Disclaimer: I’m not a doctor, yadda-yadda-yadda. Simply having a first-aid kit in your pack is neither going to keep you safe, nor magically save somebody’s life if you have no idea how to use it. If you climb outdoors, do yourself a favor and take a Wilderness First Aid or a similar class.
First of all, your kit should be appropriate for your level of training and for the environment you’re going to find yourself in.
On January 1st, 2012 I sketched an idea—an activity tower for my yet to be born son. Cooking is a big part of our family life, and I wanted my future son to be able to participate in this activity.
The idea was to build the tower out of 3/4-inch plywood, using only a saw and a drill. Here’s what I came up with in SketchUp:
I didn’t want to use the traditional joinery, like a box joint.
Requirements This article outlines my setup and workflow for writing documents using Markdown and pandoc. This is a workflow that I personally find natural and convenient. There are some very important limitations (discussed below), but I’ve been successfully using this workflow for quite some time and it seems to be working great.
Main requirements for my workflow were:
plain text editing keeping track of multiple revisions collaboration with multiple simultaneous remote and offline authors support for multiple target output formats automated publishing (through an external build system and such) Limitations Note that publishing is a one-way process in this workflow.
Turtles in my navel are having an argument: “It’s not my turn to take out the trash,” hisses Greg, “why do you insist that it is?” A vein on his right temple is pulsing a steady 60 beats per minute; he manages to stay mostly calm – he loves Patricia, after all.
The sun just popped up from behind my left breast. The snails of the morning chill are chased away by the spreading beams of warmth.
I made this recipe a number of times and the results are always excellent!
Prep Time: 15 minutes Total Time: 30 minutes Ingredients 2 eggs 1/3 cup sugar 2 cups heavy cream 1 cup whole milk 1/2 cup crushed dark chocolate 1/2 cup fresh cherries Method Place the crushed chocolate (tiny solid chunks taste better than shaved flakes which tend to soften or even dissolve) and the pitted and halved cherries (you can use canned cherries, but make sure to drain and dry them first) in separate bowls and refrigerate for a few hours.
It’s been six months since I switched to Dvorak. My current typing speed is 56 words per minute with the average error rate of 6.4%.
It is slightly slower than the 60 wpm I had with QWERTY just before the switch. And the error rate should be below 5% to consider my typing accurate.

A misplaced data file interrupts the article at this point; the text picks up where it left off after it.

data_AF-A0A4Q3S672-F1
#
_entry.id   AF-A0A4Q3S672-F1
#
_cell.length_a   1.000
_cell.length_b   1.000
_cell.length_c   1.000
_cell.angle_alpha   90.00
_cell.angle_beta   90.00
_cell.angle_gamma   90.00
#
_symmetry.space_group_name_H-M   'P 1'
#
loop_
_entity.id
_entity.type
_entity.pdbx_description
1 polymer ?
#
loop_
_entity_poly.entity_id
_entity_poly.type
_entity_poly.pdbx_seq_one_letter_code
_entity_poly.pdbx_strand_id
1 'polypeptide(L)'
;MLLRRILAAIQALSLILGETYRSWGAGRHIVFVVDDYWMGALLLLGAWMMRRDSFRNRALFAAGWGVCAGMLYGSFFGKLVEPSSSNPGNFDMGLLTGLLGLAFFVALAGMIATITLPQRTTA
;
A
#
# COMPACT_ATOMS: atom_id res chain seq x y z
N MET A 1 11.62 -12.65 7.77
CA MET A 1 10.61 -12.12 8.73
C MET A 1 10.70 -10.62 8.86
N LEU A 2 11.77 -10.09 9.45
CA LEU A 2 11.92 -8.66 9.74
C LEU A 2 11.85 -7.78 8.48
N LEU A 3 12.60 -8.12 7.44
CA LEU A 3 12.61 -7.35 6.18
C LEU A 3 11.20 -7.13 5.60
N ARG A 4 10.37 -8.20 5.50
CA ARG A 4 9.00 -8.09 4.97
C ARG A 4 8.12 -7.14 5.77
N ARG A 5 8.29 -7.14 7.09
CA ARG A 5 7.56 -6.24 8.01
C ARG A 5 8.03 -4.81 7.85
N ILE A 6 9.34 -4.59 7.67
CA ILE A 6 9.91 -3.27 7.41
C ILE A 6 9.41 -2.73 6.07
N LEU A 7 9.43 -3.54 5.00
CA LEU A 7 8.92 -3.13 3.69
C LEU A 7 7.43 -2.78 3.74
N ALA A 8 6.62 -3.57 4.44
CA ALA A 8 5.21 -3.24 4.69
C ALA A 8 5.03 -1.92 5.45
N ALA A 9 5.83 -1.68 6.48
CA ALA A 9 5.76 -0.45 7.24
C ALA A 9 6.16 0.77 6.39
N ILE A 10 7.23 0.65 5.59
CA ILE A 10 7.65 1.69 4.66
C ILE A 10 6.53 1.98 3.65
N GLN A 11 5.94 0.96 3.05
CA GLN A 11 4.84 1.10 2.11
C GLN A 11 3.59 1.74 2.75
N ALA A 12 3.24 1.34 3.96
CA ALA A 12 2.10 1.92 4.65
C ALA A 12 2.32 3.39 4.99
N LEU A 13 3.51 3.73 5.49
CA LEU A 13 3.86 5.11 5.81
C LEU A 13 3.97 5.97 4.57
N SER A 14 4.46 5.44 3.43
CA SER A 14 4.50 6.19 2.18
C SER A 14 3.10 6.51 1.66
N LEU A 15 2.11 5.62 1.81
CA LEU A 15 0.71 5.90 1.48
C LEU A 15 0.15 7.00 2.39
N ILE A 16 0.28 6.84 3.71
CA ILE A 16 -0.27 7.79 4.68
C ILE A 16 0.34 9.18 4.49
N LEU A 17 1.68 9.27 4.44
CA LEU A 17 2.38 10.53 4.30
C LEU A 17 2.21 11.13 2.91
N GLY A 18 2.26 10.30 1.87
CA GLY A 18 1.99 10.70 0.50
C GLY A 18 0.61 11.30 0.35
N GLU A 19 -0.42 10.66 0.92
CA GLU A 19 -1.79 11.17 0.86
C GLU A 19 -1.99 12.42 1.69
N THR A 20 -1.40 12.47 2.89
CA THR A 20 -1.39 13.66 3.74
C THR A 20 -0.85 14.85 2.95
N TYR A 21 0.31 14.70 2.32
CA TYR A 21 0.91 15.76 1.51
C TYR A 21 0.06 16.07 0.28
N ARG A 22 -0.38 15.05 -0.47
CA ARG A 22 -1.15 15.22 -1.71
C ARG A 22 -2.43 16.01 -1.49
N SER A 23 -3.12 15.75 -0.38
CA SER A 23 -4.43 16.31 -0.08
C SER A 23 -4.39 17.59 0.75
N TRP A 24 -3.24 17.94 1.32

Some might say that it’s a failed experiment—not only do I not type 40% faster than I did before the switch, as I hoped, my typing is also slightly less accurate.
Ingredients 1 package of fresh salmon from Costco (approx. $11) sans 5 ’tail’ inches 1 jar of kosher flake salt from Trader Joe’s (about 75 grams) 2 tbsp assorted whole pepper (black, white, whatever) bay leaf ad libitum Method Cut the pieces of salmon in half, wash them and dry with paper towels. Rub some salt into salmon. Sprinkle some salt and peppers on the bottom of the pot, and lay the first piece of salmon flat in the pot.
I was cleaning up the address book on my PDA the other day when I suddenly realized that Palm OS is going to die pretty soon! Yes, I think its days are counted and here’s why.
Programming for the Palm OS platform has a very distinct “embedded” smell to it. Memory management is a mess, supporting different screen resolutions is a major pain in the butt, and instead of a real file system developers have to deal with this stupid notion that everything is a database.
As I was going through my archives the other day, I came across a few of my poems that I wrote in college (you know, everyone is a poet when nineteen). I’ve tried my hand at translating a couple into English and found it to be extremely difficult (mostly due to the lack of ability on my part), so I took it as a challenge, and attempted to translate the shortest and least rhymed one.
A meditative piece in which I explore the notion of productivity as applied to the craft of a software developer (and other such crap).
Yesterday I spent twelve hours hunting down a most bizarre bug. I flipped through literally thousands of lines of code, I set dozens of breakpoints only to realize that those places were being hit hundreds of times, and it is virtually impossible to debug it that way.